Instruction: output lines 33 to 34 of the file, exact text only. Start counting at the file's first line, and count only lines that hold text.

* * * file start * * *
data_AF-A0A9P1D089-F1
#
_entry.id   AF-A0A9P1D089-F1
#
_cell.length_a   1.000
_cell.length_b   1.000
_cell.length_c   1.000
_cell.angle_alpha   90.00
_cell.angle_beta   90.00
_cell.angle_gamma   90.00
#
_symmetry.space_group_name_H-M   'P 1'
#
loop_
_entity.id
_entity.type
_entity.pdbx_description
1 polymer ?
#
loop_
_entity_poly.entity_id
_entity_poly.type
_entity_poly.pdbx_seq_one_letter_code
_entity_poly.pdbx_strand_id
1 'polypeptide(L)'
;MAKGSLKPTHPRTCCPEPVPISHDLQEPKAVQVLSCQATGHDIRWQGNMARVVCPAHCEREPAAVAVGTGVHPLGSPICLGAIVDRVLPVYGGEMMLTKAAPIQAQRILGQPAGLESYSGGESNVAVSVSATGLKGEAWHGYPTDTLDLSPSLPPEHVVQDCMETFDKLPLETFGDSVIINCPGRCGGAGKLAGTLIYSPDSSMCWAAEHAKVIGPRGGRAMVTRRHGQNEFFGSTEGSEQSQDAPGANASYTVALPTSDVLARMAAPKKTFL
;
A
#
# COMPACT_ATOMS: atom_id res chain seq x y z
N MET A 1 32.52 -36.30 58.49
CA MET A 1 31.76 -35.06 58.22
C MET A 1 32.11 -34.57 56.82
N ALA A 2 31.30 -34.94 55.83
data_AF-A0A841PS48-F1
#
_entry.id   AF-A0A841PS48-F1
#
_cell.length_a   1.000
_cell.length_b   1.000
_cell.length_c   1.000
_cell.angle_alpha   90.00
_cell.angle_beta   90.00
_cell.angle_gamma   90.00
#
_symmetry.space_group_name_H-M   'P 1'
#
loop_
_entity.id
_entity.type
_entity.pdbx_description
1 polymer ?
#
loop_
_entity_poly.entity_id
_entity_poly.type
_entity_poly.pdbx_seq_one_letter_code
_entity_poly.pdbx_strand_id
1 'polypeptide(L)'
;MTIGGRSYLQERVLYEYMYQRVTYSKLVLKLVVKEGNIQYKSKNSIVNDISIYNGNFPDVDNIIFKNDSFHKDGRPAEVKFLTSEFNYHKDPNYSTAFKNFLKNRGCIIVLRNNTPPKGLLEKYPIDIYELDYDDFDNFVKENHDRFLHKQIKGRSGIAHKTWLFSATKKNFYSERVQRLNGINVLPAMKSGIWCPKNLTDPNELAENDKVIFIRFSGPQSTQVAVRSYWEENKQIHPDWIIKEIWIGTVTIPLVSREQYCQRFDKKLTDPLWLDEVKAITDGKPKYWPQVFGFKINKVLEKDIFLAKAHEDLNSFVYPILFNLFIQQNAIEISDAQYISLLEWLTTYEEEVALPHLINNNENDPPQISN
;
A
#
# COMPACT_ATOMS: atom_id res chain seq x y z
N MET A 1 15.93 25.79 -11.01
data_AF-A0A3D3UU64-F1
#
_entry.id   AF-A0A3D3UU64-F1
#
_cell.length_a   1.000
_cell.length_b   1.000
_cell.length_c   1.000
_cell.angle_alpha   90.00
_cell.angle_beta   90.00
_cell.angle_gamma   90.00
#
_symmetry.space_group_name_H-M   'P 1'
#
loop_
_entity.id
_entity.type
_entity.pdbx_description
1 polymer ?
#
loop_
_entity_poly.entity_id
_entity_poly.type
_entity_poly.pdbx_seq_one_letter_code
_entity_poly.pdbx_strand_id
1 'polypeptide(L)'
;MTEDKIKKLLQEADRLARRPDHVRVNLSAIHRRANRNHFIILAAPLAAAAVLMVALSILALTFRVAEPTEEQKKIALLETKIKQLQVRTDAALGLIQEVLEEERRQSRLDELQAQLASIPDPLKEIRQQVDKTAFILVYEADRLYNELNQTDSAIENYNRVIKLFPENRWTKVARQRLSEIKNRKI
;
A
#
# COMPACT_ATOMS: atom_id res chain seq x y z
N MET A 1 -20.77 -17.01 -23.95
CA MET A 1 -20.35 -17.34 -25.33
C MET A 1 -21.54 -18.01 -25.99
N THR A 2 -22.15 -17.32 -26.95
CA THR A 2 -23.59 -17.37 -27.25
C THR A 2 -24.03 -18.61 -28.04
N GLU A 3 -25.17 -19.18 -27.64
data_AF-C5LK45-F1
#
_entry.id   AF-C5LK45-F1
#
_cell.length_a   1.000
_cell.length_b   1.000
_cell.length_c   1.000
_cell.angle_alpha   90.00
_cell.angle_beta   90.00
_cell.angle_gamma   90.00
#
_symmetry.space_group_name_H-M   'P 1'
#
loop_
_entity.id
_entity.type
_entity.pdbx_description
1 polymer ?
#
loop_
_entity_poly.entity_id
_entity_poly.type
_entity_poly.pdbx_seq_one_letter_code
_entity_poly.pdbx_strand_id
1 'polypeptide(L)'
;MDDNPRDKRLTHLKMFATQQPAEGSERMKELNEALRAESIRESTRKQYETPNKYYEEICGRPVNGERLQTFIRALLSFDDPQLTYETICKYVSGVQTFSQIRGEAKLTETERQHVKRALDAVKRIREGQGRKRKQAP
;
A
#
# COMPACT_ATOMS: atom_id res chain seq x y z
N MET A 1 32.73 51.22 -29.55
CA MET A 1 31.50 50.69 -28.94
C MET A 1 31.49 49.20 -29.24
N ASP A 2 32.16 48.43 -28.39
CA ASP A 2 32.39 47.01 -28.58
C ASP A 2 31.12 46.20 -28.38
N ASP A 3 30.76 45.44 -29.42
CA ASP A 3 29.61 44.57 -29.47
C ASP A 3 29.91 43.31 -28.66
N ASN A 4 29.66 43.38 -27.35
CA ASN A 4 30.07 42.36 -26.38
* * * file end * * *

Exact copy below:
C MET A 1 32.11 -34.57 56.82
N ALA A 2 31.30 -34.94 55.83